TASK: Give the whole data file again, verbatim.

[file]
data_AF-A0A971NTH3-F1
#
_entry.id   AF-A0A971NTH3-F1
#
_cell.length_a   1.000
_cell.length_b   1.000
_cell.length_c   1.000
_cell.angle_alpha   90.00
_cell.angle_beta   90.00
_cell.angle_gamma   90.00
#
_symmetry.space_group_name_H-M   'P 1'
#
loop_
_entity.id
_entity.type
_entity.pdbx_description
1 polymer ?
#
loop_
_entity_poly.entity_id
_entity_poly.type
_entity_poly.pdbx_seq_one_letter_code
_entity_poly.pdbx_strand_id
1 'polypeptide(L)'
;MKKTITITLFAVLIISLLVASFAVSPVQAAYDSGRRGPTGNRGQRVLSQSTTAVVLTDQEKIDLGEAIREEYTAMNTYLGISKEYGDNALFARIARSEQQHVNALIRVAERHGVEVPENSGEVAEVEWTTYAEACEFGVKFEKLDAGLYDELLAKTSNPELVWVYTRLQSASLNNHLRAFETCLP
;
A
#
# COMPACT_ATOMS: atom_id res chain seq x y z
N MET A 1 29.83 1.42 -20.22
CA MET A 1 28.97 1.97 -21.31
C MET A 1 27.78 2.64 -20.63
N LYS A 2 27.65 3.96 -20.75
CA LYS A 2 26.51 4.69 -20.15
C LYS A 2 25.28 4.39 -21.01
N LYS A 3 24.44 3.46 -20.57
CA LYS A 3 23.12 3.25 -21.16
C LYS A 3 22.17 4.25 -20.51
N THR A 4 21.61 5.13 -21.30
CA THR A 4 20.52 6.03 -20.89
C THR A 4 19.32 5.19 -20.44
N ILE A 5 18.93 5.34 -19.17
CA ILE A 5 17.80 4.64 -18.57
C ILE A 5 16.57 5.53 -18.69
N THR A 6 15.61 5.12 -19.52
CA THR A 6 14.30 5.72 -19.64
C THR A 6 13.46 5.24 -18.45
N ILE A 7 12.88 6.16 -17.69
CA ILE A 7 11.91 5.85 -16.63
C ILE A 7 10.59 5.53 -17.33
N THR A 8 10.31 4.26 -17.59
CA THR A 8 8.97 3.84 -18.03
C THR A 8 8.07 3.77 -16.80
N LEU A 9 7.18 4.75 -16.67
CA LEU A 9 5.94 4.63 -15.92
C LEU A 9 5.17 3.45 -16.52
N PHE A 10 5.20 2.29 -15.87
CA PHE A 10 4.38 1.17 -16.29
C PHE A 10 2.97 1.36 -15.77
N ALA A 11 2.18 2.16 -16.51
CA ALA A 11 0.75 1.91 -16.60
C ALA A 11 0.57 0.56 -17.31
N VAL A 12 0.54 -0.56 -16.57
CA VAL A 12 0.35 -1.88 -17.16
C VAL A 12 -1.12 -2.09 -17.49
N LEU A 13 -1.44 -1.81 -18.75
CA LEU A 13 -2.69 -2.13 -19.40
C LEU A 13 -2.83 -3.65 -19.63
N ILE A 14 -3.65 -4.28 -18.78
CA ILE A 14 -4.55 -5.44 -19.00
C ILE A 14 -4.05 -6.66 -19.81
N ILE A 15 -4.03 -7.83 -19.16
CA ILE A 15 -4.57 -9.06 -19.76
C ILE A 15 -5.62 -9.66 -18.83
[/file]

data_AF-A0A971NTH3-F1
#
_entry.id   AF-A0A971NTH3-F1
#
_cell.length_a   1.000
_cell.length_b   1.000
_cell.length_c   1.000
_cell.angle_alpha   90.00
_cell.angle_beta   90.00
_cell.angle_gamma   90.00
#
_symmetry.space_group_name_H-M   'P 1'
#
loop_
_entity.id
_entity.type
_entity.pdbx_description
1 polymer ?
#
loop_
_entity_poly.entity_id
_entity_poly.type
_entity_poly.pdbx_seq_one_letter_code
_entity_poly.pdbx_strand_id
1 'polypeptide(L)'
;MKKTITITLFAVLIISLLVASFAVSPVQAAYDSGRRGPTGNRGQRVLSQSTTAVVLTDQEKIDLGEAIREEYTAMNTYLGISKEYGDNALFARIARSEQQHVNALIRVAERHGVEVPENSGEVAEVEWTTYAEACEFGVKFEKLDAGLYDELLAKTSNPELVWVYTRLQSASLNNHLRAFETCLP
;
A
#
# COMPACT_ATOMS: atom_id res chain seq x y z
N MET A 1 29.83 1.42 -20.22
CA MET A 1 28.97 1.97 -21.31
C MET A 1 27.78 2.64 -20.63
N LYS A 2 27.65 3.96 -20.75
CA LYS A 2 26.51 4.69 -20.15
C LYS A 2 25.28 4.39 -21.01
N LYS A 3 24.44 3.46 -20.57
CA LYS A 3 23.12 3.25 -21.16
C LYS A 3 22.17 4.25 -20.51
N THR A 4 21.61 5.13 -21.30
CA THR A 4 20.52 6.03 -20.89
C THR A 4 19.32 5.19 -20.44
N ILE A 5 18.93 5.34 -19.17
CA ILE A 5 17.80 4.64 -18.57
C ILE A 5 16.57 5.53 -18.69
N THR A 6 15.61 5.12 -19.52
CA THR A 6 14.30 5.72 -19.64
C THR A 6 13.46 5.24 -18.45
N ILE A 7 12.88 6.16 -17.69
CA ILE A 7 11.91 5.85 -16.63
C ILE A 7 10.59 5.53 -17.33
N THR A 8 10.31 4.26 -17.59
CA THR A 8 8.97 3.84 -18.03
C THR A 8 8.07 3.77 -16.80
N LEU A 9 7.18 4.75 -16.67
CA LEU A 9 5.94 4.63 -15.92
C LEU A 9 5.17 3.45 -16.52
N PHE A 10 5.20 2.29 -15.87
CA PHE A 10 4.38 1.17 -16.29
C PHE A 10 2.97 1.36 -15.77
N ALA A 11 2.18 2.16 -16.51
CA ALA A 11 0.75 1.91 -16.60
C ALA A 11 0.57 0.56 -17.31
N VAL A 12 0.54 -0.56 -16.57
CA VAL A 12 0.35 -1.88 -17.16
C VAL A 12 -1.12 -2.09 -17.49
N LEU A 13 -1.44 -1.81 -18.75
CA LEU A 13 -2.69 -2.13 -19.40
C LEU A 13 -2.83 -3.65 -19.63
N ILE A 14 -3.65 -4.28 -18.78
CA ILE A 14 -4.55 -5.44 -19.00
C ILE A 14 -4.05 -6.66 -19.81
N ILE A 15 -4.03 -7.83 -19.16
CA ILE A 15 -4.57 -9.06 -19.76
C ILE A 15 -5.62 -9.66 -18.83